September 17, 2013

State clears way for use of ‘offsets’ in carbon restrictions

Starting in a couple of weeks, the hundreds of companies subject to California’s strict curbs on greenhouse-gas emissions will have a new way to meet the regulations.

Starting in a couple of weeks, the hundreds of companies subject to California’s strict curbs on greenhouse-gas emissions will have a new way to meet the regulations.

They’ll be able to buy “offset” credits generated by dairy farms and others who have managed to reduce their own carbon emissions.

After years of study, the California Air Resources Board said Tuesday it has cleared the way for heavy industries in California to start purchasing offsets. David Clegern, a spokesman for the agency, said offsets should be available by the end of this month.

By giving industrial firms greater flexibility, offsets are expected to ease the costs of complying with the state’s carbon emissions rules, the centerpiece of AB 32, the state’s 7-year-old climate-change law.

But offsets are controversial among some environmentalists, who argue that they let the companies off the hook.

Under the state’s cap-and-trade program, more than 400 oil refiners, food processors and others have to gradually reduce their carbon footprint by a certain amount. If they can’t make the necessary reductions, they can get into compliance by purchasing state-issued emissions allowances, either directly from the state or on the open market.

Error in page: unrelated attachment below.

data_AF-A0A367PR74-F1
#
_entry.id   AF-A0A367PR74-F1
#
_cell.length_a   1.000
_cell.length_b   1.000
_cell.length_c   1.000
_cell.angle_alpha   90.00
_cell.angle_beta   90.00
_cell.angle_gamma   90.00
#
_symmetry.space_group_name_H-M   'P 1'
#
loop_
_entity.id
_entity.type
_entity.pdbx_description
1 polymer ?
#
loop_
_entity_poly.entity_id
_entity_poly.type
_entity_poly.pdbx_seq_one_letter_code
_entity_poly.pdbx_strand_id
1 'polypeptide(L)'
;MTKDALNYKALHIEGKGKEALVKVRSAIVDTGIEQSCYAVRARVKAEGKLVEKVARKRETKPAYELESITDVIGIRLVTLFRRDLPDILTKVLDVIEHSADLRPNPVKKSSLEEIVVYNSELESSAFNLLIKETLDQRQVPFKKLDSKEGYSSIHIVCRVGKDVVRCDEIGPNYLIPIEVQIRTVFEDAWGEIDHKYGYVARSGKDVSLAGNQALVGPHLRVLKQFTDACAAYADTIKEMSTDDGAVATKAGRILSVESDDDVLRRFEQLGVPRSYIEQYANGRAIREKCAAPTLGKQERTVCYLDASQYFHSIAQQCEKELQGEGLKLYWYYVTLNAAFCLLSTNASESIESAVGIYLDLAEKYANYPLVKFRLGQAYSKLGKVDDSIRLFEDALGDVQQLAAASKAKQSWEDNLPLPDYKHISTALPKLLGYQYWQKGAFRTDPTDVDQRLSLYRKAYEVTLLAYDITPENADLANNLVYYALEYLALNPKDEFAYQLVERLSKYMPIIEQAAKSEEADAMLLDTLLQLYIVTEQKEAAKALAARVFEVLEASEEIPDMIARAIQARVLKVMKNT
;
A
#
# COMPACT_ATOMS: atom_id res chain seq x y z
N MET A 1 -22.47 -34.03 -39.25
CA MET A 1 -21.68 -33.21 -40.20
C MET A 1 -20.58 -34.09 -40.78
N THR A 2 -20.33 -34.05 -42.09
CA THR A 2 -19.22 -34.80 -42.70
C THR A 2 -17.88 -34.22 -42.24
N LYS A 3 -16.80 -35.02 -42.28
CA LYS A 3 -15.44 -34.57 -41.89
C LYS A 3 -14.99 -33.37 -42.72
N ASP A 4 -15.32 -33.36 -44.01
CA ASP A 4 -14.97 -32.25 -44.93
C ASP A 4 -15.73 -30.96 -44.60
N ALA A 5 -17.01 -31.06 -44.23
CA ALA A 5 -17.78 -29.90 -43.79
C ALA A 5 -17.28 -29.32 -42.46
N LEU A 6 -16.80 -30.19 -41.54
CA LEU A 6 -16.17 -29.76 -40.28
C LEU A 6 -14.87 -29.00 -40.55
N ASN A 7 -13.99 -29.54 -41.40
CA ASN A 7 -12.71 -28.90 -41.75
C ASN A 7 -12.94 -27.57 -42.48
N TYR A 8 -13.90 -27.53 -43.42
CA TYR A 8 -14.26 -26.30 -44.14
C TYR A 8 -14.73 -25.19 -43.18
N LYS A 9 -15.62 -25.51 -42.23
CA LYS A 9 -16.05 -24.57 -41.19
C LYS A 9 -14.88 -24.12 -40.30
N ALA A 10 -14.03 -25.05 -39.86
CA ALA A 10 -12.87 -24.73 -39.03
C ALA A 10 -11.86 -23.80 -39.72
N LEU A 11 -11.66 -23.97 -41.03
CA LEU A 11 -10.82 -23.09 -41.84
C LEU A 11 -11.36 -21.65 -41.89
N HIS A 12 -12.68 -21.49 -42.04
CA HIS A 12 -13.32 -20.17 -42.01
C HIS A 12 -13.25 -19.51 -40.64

Buying offsets will provide a third method for abiding by the rules. Offsets essentially are a form of investment in dairy farms and others that have been able to slash their greenhouse gas pollution. The reductions are verified by independent auditors working for the Air Resources Board, and each ton of carbon eliminated generates a credit. Some 600,000 offset credits will become available for sale at month’s end.

The industrial firms governed by cap and trade will be allowed to use offsets to cover a maximum of 8 percent of their obligation.

Offsets have been around for years, frequently used on a voluntary basis by environmentally conscious consumers, and the universe of providers is large. There are dairy farmers, seeking to reduce methane emitted by their cows, as far away as upstate New York. There is a company in Arkansas that destroys greenhouse gases found in refrigerator coolants. In California, nonprofits that manage some of the North Coast forests generate offsets, too. The list of approved offsets for use in California’s carbon system will be released next Wednesday.

Some environmental groups say the industrial firms covered by the greenhouse-gas rules should be forced to reduce their own emissions – and not be allowed to meet the standards by paying someone else. Because many of the offset projects are in other states, pollution in California isn’t reduced, they argue.

But state officials say offsets represent a legitimate form of carbon reduction. With climate change a global phenomenon, officials say it doesn’t really matter where the reductions take place.

Offsets “achieve real greenhouse gas reductions ... and deliver a range of additional environmental benefits,” Air Resources Board Chair Mary Nichols said in a news release.

Offsets do carry risk for buyers. The independent auditors could determine that a particular project didn’t deliver the promised carbon reductions, making the offset credits worthless. Because of that, offsets are expected to sell for less money than the state-issued carbon emissions allowances. Allowances currently trade at around $13 a ton.

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